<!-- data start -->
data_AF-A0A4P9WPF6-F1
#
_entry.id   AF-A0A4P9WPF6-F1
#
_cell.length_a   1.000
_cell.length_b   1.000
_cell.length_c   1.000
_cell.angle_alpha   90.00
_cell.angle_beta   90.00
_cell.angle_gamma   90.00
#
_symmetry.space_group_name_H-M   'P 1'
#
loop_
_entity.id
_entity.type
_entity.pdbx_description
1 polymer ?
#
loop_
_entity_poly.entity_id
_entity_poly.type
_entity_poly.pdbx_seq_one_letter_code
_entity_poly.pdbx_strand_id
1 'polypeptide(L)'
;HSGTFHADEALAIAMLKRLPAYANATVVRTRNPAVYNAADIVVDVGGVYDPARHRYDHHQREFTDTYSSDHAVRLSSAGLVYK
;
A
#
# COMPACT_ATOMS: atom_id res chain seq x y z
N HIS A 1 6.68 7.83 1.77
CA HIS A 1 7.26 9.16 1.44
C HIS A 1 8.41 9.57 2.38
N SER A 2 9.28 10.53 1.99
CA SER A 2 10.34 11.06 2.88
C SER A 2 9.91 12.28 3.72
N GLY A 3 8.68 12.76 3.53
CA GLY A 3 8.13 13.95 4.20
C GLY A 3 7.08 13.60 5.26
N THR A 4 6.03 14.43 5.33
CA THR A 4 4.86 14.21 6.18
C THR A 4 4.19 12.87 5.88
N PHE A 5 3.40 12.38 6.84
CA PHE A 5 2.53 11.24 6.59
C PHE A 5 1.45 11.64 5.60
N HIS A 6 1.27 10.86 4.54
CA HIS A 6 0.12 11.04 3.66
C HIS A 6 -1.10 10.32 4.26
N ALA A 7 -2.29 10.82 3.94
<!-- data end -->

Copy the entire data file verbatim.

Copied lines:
data_AF-A0A4P9WPF6-F1
#
_entry.id   AF-A0A4P9WPF6-F1
#
_cell.length_a   1.000
_cell.length_b   1.000
_cell.length_c   1.000
_cell.angle_alpha   90.00
_cell.angle_beta   90.00
_cell.angle_gamma   90.00
#
_symmetry.space_group_name_H-M   'P 1'
#
loop_
_entity.id
_entity.type
_entity.pdbx_description
1 polymer ?
#
loop_
_entity_poly.entity_id
_entity_poly.type
_entity_poly.pdbx_seq_one_letter_code
_entity_poly.pdbx_strand_id
1 'polypeptide(L)'
;HSGTFHADEALAIAMLKRLPAYANATVVRTRNPAVYNAADIVVDVGGVYDPARHRYDHHQREFTDTYSSDHAVRLSSAGLVYK
;
A
#
# COMPACT_ATOMS: atom_id res chain seq x y z
N HIS A 1 6.68 7.83 1.77
CA HIS A 1 7.26 9.16 1.44
C HIS A 1 8.41 9.57 2.38
N SER A 2 9.28 10.53 1.99
CA SER A 2 10.34 11.06 2.88
C SER A 2 9.91 12.28 3.72
N GLY A 3 8.68 12.76 3.53
CA GLY A 3 8.13 13.95 4.20
C GLY A 3 7.08 13.60 5.26
N THR A 4 6.03 14.43 5.33
CA THR A 4 4.86 14.21 6.18
C THR A 4 4.19 12.87 5.88
N PHE A 5 3.40 12.38 6.84
CA PHE A 5 2.53 11.24 6.59
C PHE A 5 1.45 11.64 5.60
N HIS A 6 1.27 10.86 4.54
CA HIS A 6 0.12 11.04 3.66
C HIS A 6 -1.10 10.32 4.26
N ALA A 7 -2.29 10.82 3.94